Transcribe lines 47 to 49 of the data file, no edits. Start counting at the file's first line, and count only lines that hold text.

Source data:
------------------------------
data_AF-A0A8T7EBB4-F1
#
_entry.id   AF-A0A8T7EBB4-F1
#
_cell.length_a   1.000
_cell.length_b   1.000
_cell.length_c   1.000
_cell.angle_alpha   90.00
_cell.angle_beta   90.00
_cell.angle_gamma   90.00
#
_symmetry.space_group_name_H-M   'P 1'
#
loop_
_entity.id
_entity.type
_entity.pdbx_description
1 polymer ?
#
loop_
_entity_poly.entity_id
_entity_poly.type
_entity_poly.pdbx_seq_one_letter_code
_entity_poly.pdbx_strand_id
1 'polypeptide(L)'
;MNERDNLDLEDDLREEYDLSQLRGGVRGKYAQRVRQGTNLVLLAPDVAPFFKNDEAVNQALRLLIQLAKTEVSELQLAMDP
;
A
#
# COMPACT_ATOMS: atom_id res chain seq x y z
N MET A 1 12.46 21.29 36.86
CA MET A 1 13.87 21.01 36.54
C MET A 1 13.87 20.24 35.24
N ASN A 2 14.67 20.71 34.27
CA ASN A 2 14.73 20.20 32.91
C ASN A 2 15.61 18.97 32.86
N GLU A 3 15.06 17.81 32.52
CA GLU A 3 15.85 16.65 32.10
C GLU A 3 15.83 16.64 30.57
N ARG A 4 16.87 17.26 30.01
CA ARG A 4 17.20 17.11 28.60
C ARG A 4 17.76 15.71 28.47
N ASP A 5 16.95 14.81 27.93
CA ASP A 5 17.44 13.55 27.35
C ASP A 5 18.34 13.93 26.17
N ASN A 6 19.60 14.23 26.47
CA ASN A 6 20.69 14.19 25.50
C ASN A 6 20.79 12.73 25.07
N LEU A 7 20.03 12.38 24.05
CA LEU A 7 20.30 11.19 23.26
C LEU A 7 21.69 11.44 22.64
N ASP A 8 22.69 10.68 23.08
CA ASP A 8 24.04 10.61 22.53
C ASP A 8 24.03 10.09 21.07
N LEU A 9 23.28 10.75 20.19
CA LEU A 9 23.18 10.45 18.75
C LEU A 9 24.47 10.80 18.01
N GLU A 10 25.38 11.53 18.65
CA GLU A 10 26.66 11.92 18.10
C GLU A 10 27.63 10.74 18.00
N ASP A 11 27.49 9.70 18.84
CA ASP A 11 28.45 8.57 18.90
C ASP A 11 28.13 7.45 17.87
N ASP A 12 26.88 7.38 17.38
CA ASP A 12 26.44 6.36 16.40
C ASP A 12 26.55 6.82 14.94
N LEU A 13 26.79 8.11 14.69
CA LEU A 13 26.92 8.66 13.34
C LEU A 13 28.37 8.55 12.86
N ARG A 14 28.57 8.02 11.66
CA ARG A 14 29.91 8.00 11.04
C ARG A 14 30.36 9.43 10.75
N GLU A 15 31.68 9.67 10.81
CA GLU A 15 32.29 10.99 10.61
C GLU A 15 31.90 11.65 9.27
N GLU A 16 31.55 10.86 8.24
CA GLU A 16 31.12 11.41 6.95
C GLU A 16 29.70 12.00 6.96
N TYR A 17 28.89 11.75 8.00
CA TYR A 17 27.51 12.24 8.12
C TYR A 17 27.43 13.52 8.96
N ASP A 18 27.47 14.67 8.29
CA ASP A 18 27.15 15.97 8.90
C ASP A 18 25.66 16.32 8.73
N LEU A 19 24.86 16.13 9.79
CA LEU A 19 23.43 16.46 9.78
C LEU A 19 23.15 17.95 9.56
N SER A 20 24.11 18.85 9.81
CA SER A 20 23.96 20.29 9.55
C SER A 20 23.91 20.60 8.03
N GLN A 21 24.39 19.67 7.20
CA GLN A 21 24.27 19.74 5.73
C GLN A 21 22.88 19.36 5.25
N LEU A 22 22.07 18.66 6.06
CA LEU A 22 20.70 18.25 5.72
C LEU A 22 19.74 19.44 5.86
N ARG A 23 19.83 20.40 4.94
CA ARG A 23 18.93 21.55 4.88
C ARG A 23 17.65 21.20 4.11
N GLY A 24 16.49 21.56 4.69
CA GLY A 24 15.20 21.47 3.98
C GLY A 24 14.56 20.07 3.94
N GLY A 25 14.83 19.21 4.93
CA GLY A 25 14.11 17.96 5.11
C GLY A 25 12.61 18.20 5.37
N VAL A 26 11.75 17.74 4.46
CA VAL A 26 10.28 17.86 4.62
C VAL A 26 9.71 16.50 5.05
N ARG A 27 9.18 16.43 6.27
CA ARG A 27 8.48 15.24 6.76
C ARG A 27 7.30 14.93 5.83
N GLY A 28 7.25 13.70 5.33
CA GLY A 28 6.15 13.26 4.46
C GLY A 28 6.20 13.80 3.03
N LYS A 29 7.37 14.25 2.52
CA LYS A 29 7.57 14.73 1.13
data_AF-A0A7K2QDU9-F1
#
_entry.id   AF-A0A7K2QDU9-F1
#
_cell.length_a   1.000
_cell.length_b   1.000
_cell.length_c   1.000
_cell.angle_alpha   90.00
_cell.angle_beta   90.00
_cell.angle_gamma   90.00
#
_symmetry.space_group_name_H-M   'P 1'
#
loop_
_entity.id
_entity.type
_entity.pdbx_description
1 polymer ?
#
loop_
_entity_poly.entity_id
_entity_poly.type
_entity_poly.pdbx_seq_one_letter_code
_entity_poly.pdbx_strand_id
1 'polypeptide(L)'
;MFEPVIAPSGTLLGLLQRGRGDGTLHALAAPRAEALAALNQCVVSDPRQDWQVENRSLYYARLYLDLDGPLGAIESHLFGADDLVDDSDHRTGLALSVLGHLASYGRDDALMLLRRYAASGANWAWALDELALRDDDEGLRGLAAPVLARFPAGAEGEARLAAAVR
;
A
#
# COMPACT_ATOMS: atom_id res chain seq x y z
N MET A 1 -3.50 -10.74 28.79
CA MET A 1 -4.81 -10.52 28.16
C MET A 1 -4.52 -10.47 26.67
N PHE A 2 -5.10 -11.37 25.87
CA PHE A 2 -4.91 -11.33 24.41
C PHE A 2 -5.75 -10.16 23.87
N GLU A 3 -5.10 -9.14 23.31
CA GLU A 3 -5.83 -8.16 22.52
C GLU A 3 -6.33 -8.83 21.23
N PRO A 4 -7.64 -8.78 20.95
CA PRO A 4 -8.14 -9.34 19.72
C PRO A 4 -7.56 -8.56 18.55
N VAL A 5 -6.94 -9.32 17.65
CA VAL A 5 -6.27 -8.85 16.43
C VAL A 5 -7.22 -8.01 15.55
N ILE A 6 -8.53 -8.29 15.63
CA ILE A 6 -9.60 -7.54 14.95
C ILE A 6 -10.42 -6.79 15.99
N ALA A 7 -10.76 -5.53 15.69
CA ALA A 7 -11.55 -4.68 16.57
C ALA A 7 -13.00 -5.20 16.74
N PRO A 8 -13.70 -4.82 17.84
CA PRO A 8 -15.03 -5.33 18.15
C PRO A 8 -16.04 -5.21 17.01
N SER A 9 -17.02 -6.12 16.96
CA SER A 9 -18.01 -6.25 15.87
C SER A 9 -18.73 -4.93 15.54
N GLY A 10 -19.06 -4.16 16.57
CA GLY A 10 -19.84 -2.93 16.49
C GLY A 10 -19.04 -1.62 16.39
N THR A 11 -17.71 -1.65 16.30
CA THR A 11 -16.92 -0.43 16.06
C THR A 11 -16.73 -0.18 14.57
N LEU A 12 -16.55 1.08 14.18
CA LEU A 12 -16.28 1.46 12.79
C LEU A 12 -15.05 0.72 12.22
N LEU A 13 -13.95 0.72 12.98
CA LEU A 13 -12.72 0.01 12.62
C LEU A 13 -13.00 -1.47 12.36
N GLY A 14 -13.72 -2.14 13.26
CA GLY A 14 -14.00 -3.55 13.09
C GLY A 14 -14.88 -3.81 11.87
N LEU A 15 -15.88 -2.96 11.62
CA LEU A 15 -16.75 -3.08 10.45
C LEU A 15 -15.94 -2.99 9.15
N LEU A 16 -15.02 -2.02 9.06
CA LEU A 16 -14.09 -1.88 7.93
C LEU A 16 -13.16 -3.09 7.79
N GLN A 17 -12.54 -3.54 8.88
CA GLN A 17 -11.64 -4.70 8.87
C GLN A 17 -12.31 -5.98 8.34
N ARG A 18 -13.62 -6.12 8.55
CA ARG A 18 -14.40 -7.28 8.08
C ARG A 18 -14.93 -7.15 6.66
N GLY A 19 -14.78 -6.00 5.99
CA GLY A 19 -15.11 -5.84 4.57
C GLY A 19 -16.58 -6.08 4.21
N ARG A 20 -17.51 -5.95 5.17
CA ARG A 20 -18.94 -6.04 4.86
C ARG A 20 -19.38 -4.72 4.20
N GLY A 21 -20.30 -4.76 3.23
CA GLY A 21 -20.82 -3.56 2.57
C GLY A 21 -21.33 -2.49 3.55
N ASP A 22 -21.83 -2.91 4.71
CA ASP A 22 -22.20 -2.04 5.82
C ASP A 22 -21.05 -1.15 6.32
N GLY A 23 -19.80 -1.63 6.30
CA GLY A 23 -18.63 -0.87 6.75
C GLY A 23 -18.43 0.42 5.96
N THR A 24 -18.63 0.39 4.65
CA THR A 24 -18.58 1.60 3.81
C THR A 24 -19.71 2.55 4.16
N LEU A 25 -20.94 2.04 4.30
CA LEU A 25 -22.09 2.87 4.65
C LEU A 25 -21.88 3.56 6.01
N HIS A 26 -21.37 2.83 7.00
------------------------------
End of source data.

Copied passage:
CA ASN A 6 20.69 14.19 25.50
C ASN A 6 20.79 12.73 25.07
N LEU A 7 20.03 12.38 24.05